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Taking Advantage Of GSC Features

The Performance Report

The top part of the Search Console Performance Report provides multiple insights on how a site performs in search, including in search features like featured snippets.

There are four search types that can be explored in the Performance Report:

  1. Web.
  2. Image.
  3. Video.
  4. News.

Search Console shows the web search type by default.

Change which search type is displayed by clicking the Search Type button:

Default search typeScreenshot by author, May 2022

A menu pop-up will display allowing you to change which kind of search type to view:

Search Types MenuScreenshot by author, May 2022

A useful feature is the ability to compare the performance of two search types within the graph.

Four metrics are prominently displayed at the top of the Performance Report:

  1. Total Clicks.
  2. Total Impressions.
  3. Average CTR (click-through rate).
  4. Average position.
Screenshot of Top Section of the Performance PageScreenshot by author, May 2022

By default, the Total Clicks and Total Impressions metrics are selected.

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By clicking within the tabs dedicated to each metric, one can choose to see those metrics displayed on the bar chart.

Impressions

Impressions are the number of times a website appeared in the search results. As long as a user doesn’t have to click a link to see the URL, it counts as an impression.

Additionally, if a URL is ranked at the bottom of the page and the user doesn’t scroll to that section of the search results, it still counts as an impression.

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High impressions are great because it means that Google is showing the site in the search results.

But, the meaning of the impressions metric is made meaningful by the Clicks and the Average Position metrics.

Clicks

The clicks metric shows how often users clicked from the search results to the website. A high number of clicks in addition to a high number of impressions is good.

A low number of clicks and a high number of impressions is less good but not bad. It means that the site may need improvements to gain more traffic.

The clicks metric is more meaningful when considered with the Average CTR and Average Position metrics.

Average CTR

The average CTR is a percentage representing how often users clicked from the search results to the website.

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A low CTR means that something needs improvement in order to increase visits from the search results.

A higher CTR means the site is performing well.

This metric gains more meaning when considered together with the Average Position metric.

Average Position

Average Position shows the average position in search results the website tends to appear in.

An average in positions one to 10 is great.

An average position in the twenties (20 – 29) means that the site is appearing on page two or three of the search results. This isn’t too bad. It simply means that the site needs additional work to give it that extra boost into the top 10.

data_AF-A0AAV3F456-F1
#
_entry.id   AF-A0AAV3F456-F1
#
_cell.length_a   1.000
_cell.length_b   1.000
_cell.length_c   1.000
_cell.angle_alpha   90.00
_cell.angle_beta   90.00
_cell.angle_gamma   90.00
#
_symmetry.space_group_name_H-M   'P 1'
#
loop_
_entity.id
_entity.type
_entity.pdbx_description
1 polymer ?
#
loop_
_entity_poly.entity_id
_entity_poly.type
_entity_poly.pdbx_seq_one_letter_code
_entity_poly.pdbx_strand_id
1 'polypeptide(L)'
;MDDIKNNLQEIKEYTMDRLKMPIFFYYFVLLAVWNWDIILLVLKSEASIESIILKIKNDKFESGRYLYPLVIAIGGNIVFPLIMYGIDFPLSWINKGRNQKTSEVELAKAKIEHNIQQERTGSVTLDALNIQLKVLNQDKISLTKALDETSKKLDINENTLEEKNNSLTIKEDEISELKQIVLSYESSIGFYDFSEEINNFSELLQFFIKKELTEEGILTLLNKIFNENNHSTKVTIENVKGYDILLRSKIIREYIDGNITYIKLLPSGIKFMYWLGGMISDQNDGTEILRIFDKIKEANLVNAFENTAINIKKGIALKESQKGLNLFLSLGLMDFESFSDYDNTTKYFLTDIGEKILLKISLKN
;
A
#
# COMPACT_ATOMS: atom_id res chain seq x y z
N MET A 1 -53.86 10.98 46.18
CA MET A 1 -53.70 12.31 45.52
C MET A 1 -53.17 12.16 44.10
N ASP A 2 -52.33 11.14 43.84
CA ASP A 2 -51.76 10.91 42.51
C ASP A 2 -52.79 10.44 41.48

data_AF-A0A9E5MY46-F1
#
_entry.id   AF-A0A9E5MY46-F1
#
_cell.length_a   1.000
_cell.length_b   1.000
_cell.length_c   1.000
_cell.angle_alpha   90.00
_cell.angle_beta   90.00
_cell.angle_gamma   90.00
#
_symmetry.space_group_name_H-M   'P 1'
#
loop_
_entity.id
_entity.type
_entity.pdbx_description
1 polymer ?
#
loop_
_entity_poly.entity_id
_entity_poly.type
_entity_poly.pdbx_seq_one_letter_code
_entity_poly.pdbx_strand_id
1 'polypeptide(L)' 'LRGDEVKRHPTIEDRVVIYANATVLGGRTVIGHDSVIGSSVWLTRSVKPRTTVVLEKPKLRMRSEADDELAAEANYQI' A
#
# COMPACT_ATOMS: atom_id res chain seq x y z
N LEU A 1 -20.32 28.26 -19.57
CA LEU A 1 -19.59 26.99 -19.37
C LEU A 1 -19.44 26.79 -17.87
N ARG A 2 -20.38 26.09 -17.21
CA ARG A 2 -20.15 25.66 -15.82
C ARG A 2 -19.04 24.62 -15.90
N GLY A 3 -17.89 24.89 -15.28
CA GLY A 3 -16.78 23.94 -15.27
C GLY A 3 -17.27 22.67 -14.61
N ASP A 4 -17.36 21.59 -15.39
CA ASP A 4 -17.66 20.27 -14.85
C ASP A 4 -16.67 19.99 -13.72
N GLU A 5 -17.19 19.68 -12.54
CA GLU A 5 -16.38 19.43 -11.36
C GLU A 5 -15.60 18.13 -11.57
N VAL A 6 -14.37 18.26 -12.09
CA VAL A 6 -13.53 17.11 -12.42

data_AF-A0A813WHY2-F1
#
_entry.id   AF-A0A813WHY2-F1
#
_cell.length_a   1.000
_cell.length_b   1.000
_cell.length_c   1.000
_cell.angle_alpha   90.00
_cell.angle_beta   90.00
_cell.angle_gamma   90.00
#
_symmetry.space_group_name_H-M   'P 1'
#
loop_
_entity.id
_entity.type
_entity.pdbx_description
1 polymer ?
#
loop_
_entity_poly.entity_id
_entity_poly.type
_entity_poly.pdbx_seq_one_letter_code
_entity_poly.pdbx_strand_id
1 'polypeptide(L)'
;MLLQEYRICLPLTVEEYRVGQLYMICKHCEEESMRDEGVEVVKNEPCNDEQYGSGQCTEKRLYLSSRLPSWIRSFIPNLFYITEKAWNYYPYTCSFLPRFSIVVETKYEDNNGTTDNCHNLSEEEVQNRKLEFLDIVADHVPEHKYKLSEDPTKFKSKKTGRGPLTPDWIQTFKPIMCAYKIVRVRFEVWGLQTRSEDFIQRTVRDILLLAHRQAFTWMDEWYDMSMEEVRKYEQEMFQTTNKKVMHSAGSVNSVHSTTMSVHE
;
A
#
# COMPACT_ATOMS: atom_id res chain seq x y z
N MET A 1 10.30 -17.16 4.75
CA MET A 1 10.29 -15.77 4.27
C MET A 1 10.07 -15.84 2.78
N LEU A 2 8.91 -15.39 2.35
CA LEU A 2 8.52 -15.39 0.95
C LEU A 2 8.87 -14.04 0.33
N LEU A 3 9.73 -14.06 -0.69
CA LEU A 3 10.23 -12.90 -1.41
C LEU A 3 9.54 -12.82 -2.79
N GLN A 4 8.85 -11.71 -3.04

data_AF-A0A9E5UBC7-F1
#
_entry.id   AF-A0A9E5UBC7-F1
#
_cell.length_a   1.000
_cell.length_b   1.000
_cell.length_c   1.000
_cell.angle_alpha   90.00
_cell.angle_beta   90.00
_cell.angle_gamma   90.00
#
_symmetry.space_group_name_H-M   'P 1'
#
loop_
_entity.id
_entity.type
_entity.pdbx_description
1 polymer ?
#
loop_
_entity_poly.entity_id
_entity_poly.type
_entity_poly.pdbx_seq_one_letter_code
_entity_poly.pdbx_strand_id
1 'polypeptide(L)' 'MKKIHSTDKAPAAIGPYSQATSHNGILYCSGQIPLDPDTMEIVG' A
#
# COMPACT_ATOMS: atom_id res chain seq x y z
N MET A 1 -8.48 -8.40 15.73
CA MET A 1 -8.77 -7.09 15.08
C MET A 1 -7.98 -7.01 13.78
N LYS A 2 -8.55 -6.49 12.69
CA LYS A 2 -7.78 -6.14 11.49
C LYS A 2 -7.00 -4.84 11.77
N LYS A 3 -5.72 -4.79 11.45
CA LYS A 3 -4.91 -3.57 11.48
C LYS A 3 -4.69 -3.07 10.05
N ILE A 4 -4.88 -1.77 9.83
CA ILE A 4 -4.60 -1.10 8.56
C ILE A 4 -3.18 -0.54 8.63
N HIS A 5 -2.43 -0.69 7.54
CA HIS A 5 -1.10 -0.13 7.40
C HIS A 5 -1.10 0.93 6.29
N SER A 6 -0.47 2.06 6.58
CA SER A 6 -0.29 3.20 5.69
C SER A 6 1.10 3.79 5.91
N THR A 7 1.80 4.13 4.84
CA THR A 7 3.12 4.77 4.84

Average positions lower than 30 could (in general) mean that the site may benefit from significant improvements.

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Or, it could be that the site ranks for a large number of keyword phrases that rank low and a few very good keywords that rank exceptionally high.

In either case, it may mean taking a closer look at the content. It may be an indication of a content gap on the website, where the content that ranks for certain keywords isn’t strong enough and may need a dedicated page devoted to that keyword phrase to rank better.

All four metrics (Impressions, Clicks, Average CTR, and Average Position), when viewed together, present a meaningful overview of how the website is performing.

The big takeaway about the Performance Report is that it is a starting point for quickly understanding website performance in search.

It’s like a mirror that reflects back how well or poorly the site is doing.

Performance Report Dimensions

Scrolling down to the second part of the Performance page reveals several of what’s called Dimensions of a website’s performance data.

There are six dimensions:

1. Queries: Shows the top search queries and the number of clicks and impressions associated with each keyword phrase.

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2. Pages: Shows the top-performing web pages (plus clicks and impressions).

3. Countries: Top countries (plus clicks and impressions).

4. Devices: Shows the top devices, segmented into mobile, desktop, and tablet.

5. Search Appearance: This shows the different kinds of rich results that the site was displayed in. It also tells if Google displayed the site using Web Light results and video results, plus the associated clicks and impressions data. Web Light results are results that are optimized for very slow devices.

6. Dates: The dates tab organizes the clicks and impressions by date. The clicks and impressions can be sorted in descending or ascending order.

Keywords

The keywords are displayed in the Queries as one of the dimensions of the Performance Report (as noted above). The queries report shows the top 1,000 search queries that resulted in traffic.

Of particular interest are the low-performing queries.